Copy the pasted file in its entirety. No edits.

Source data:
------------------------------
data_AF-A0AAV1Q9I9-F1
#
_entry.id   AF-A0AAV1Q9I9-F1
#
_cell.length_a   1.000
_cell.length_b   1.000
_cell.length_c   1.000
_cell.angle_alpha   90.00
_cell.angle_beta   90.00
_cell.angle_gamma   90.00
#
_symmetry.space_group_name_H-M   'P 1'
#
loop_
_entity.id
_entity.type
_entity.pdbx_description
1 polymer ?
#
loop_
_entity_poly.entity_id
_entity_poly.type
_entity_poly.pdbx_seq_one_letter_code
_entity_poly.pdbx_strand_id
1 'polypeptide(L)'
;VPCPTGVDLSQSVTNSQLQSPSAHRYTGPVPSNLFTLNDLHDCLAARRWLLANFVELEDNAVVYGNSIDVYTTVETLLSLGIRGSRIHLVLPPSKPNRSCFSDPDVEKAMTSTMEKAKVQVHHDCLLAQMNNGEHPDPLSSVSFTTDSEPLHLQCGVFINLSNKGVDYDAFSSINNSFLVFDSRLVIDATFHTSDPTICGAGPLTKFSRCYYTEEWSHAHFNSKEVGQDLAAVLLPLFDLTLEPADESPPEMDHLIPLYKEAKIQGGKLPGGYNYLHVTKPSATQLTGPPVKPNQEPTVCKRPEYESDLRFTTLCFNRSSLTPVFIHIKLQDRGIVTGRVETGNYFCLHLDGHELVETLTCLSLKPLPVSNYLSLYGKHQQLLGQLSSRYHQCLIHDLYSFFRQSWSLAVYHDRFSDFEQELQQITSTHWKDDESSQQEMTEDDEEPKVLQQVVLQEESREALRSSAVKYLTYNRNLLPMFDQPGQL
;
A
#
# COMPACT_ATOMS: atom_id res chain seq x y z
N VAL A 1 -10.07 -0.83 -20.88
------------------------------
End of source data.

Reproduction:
data_AF-A0AAV1Q9I9-F1
#
_entry.id   AF-A0AAV1Q9I9-F1
#
_cell.length_a   1.000
_cell.length_b   1.000
_cell.length_c   1.000
_cell.angle_alpha   90.00
_cell.angle_beta   90.00
_cell.angle_gamma   90.00
#
_symmetry.space_group_name_H-M   'P 1'
#
loop_
_entity.id
_entity.type
_entity.pdbx_description
1 polymer ?
#
loop_
_entity_poly.entity_id
_entity_poly.type
_entity_poly.pdbx_seq_one_letter_code
_entity_poly.pdbx_strand_id
1 'polypeptide(L)'
;VPCPTGVDLSQSVTNSQLQSPSAHRYTGPVPSNLFTLNDLHDCLAARRWLLANFVELEDNAVVYGNSIDVYTTVETLLSLGIRGSRIHLVLPPSKPNRSCFSDPDVEKAMTSTMEKAKVQVHHDCLLAQMNNGEHPDPLSSVSFTTDSEPLHLQCGVFINLSNKGVDYDAFSSINNSFLVFDSRLVIDATFHTSDPTICGAGPLTKFSRCYYTEEWSHAHFNSKEVGQDLAAVLLPLFDLTLEPADESPPEMDHLIPLYKEAKIQGGKLPGGYNYLHVTKPSATQLTGPPVKPNQEPTVCKRPEYESDLRFTTLCFNRSSLTPVFIHIKLQDRGIVTGRVETGNYFCLHLDGHELVETLTCLSLKPLPVSNYLSLYGKHQQLLGQLSSRYHQCLIHDLYSFFRQSWSLAVYHDRFSDFEQELQQITSTHWKDDESSQQEMTEDDEEPKVLQQVVLQEESREALRSSAVKYLTYNRNLLPMFDQPGQL
;
A
#
# COMPACT_ATOMS: atom_id res chain seq x y z
N VAL A 1 -10.07 -0.83 -20.88